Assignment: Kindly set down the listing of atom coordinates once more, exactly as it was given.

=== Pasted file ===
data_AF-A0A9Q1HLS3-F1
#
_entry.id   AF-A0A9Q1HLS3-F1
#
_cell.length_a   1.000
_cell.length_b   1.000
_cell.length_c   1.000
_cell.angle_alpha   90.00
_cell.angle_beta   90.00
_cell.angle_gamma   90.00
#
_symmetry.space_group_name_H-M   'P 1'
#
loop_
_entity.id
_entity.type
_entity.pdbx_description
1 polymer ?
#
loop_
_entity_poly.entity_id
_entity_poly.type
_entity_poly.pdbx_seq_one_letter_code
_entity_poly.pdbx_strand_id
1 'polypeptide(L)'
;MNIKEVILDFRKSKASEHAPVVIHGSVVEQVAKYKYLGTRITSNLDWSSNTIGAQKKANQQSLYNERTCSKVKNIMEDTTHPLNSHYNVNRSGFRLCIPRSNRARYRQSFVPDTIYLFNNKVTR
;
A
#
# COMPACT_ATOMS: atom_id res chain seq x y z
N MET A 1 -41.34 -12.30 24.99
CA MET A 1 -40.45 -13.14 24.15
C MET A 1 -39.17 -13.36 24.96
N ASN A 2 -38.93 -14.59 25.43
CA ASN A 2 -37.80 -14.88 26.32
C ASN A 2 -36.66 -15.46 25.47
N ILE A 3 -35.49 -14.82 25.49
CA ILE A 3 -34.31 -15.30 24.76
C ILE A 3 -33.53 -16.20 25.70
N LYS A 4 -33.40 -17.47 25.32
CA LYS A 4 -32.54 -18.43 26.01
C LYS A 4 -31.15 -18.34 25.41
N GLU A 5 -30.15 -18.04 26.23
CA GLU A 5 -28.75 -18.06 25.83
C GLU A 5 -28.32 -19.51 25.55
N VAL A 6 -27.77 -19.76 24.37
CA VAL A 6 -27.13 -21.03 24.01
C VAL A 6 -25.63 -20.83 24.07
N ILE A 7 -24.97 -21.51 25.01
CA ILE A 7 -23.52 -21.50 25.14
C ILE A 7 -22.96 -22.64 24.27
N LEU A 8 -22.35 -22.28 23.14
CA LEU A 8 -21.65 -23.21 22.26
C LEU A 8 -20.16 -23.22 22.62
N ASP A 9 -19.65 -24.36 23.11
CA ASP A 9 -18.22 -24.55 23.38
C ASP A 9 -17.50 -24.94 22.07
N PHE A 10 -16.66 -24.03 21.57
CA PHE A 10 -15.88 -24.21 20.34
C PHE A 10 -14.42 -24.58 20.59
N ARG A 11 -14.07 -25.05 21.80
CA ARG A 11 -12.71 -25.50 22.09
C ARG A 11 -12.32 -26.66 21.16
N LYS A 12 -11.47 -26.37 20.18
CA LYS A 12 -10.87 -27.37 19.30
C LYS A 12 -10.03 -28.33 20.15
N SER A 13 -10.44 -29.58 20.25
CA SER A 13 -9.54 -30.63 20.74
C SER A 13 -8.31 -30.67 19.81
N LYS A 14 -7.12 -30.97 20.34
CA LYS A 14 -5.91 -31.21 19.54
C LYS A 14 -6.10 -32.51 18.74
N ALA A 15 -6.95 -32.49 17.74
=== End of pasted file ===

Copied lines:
data_AF-A0A9Q1HLS3-F1
#
_entry.id   AF-A0A9Q1HLS3-F1
#
_cell.length_a   1.000
_cell.length_b   1.000
_cell.length_c   1.000
_cell.angle_alpha   90.00
_cell.angle_beta   90.00
_cell.angle_gamma   90.00
#
_symmetry.space_group_name_H-M   'P 1'
#
loop_
_entity.id
_entity.type
_entity.pdbx_description
1 polymer ?
#
loop_
_entity_poly.entity_id
_entity_poly.type
_entity_poly.pdbx_seq_one_letter_code
_entity_poly.pdbx_strand_id
1 'polypeptide(L)'
;MNIKEVILDFRKSKASEHAPVVIHGSVVEQVAKYKYLGTRITSNLDWSSNTIGAQKKANQQSLYNERTCSKVKNIMEDTTHPLNSHYNVNRSGFRLCIPRSNRARYRQSFVPDTIYLFNNKVTR
;
A
#
# COMPACT_ATOMS: atom_id res chain seq x y z
N MET A 1 -41.34 -12.30 24.99
CA MET A 1 -40.45 -13.14 24.15
C MET A 1 -39.17 -13.36 24.96
N ASN A 2 -38.93 -14.59 25.43
CA ASN A 2 -37.80 -14.88 26.32
C ASN A 2 -36.66 -15.46 25.47
N ILE A 3 -35.49 -14.82 25.49
CA ILE A 3 -34.31 -15.30 24.76
C ILE A 3 -33.53 -16.20 25.70
N LYS A 4 -33.40 -17.47 25.32
CA LYS A 4 -32.54 -18.43 26.01
C LYS A 4 -31.15 -18.34 25.41
N GLU A 5 -30.15 -18.04 26.23
CA GLU A 5 -28.75 -18.06 25.83
C GLU A 5 -28.32 -19.51 25.55
N VAL A 6 -27.77 -19.76 24.37
CA VAL A 6 -27.13 -21.03 24.01
C VAL A 6 -25.63 -20.83 24.07
N ILE A 7 -24.97 -21.51 25.01
CA ILE A 7 -23.52 -21.50 25.14
C ILE A 7 -22.96 -22.64 24.27
N LEU A 8 -22.35 -22.28 23.14
CA LEU A 8 -21.65 -23.21 22.26
C LEU A 8 -20.16 -23.22 22.62
N ASP A 9 -19.65 -24.36 23.11
CA ASP A 9 -18.22 -24.55 23.38
C ASP A 9 -17.50 -24.94 22.07
N PHE A 10 -16.66 -24.03 21.57
CA PHE A 10 -15.88 -24.21 20.34
C PHE A 10 -14.42 -24.58 20.59
N ARG A 11 -14.07 -25.05 21.80
CA ARG A 11 -12.71 -25.50 22.09
C ARG A 11 -12.32 -26.66 21.16
N LYS A 12 -11.47 -26.37 20.18
CA LYS A 12 -10.87 -27.37 19.30
C LYS A 12 -10.03 -28.33 20.15
N SER A 13 -10.44 -29.58 20.25
CA SER A 13 -9.54 -30.63 20.74
C SER A 13 -8.31 -30.67 19.81
N LYS A 14 -7.12 -30.97 20.34
CA LYS A 14 -5.91 -31.21 19.54
C LYS A 14 -6.10 -32.51 18.74
N ALA A 15 -6.95 -32.49 17.74